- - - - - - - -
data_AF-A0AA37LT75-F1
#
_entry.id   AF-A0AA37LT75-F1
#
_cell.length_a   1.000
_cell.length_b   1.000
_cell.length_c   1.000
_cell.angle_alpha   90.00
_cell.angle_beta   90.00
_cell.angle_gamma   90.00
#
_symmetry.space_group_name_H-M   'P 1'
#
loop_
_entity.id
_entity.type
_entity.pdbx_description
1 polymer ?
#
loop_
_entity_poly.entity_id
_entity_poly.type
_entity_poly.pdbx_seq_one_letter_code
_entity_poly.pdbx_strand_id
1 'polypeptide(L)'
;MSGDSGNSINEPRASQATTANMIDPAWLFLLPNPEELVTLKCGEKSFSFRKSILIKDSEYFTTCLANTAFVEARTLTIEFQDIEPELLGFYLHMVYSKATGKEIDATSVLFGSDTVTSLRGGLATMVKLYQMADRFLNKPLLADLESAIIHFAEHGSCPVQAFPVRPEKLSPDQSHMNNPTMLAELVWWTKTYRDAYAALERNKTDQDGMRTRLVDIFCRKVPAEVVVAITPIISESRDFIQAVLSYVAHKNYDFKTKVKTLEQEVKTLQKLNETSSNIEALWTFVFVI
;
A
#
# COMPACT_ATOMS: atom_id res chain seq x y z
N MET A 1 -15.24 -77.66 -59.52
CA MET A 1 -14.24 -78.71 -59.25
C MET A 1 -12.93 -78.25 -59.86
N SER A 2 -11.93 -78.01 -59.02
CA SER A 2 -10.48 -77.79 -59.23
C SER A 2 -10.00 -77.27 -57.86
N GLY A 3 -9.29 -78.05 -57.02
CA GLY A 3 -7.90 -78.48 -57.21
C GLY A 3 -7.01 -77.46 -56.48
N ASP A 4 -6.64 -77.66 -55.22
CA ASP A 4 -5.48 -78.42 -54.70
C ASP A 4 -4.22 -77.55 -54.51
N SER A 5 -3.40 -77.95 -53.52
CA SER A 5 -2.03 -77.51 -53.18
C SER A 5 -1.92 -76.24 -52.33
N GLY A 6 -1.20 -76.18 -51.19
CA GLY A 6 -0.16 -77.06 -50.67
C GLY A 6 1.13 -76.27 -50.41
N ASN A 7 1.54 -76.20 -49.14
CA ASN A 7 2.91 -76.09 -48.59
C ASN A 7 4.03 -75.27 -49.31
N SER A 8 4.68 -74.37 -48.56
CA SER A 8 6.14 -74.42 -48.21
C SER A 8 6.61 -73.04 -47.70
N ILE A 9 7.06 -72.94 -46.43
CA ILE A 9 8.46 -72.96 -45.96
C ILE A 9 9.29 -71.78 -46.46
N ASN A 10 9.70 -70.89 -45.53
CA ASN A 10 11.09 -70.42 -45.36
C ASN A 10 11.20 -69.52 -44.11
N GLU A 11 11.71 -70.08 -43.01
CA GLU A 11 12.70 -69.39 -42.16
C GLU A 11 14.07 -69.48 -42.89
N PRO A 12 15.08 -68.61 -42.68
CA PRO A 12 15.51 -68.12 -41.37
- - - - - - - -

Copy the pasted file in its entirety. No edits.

data_AF-A0AA37LT75-F1
#
_entry.id   AF-A0AA37LT75-F1
#
_cell.length_a   1.000
_cell.length_b   1.000
_cell.length_c   1.000
_cell.angle_alpha   90.00
_cell.angle_beta   90.00
_cell.angle_gamma   90.00
#
_symmetry.space_group_name_H-M   'P 1'
#
loop_
_entity.id
_entity.type
_entity.pdbx_description
1 polymer ?
#
loop_
_entity_poly.entity_id
_entity_poly.type
_entity_poly.pdbx_seq_one_letter_code
_entity_poly.pdbx_strand_id
1 'polypeptide(L)'
;MSGDSGNSINEPRASQATTANMIDPAWLFLLPNPEELVTLKCGEKSFSFRKSILIKDSEYFTTCLANTAFVEARTLTIEFQDIEPELLGFYLHMVYSKATGKEIDATSVLFGSDTVTSLRGGLATMVKLYQMADRFLNKPLLADLESAIIHFAEHGSCPVQAFPVRPEKLSPDQSHMNNPTMLAELVWWTKTYRDAYAALERNKTDQDGMRTRLVDIFCRKVPAEVVVAITPIISESRDFIQAVLSYVAHKNYDFKTKVKTLEQEVKTLQKLNETSSNIEALWTFVFVI
;
A
#
# COMPACT_ATOMS: atom_id res chain seq x y z
N MET A 1 -15.24 -77.66 -59.52
CA MET A 1 -14.24 -78.71 -59.25
C MET A 1 -12.93 -78.25 -59.86
N SER A 2 -11.93 -78.01 -59.02
CA SER A 2 -10.48 -77.79 -59.23
C SER A 2 -10.00 -77.27 -57.86
N GLY A 3 -9.29 -78.05 -57.02
CA GLY A 3 -7.90 -78.48 -57.21
C GLY A 3 -7.01 -77.46 -56.48
N ASP A 4 -6.64 -77.66 -55.22
CA ASP A 4 -5.48 -78.42 -54.70
C ASP A 4 -4.22 -77.55 -54.51
N SER A 5 -3.40 -77.95 -53.52
CA SER A 5 -2.03 -77.51 -53.18
C SER A 5 -1.92 -76.24 -52.33
N GLY A 6 -1.20 -76.18 -51.19
CA GLY A 6 -0.16 -77.06 -50.67
C GLY A 6 1.13 -76.27 -50.41
N ASN A 7 1.54 -76.20 -49.14
CA ASN A 7 2.91 -76.09 -48.59
C ASN A 7 4.03 -75.27 -49.31
N SER A 8 4.68 -74.37 -48.56
CA SER A 8 6.14 -74.42 -48.21
C SER A 8 6.61 -73.04 -47.70
N ILE A 9 7.06 -72.94 -46.43
CA ILE A 9 8.46 -72.96 -45.96
C ILE A 9 9.29 -71.78 -46.46
N ASN A 10 9.70 -70.89 -45.53
CA ASN A 10 11.09 -70.42 -45.36
C ASN A 10 11.20 -69.52 -44.11
N GLU A 11 11.71 -70.08 -43.01
CA GLU A 11 12.70 -69.39 -42.16
C GLU A 11 14.07 -69.48 -42.89
N PRO A 12 15.08 -68.61 -42.68
CA PRO A 12 15.51 -68.12 -41.37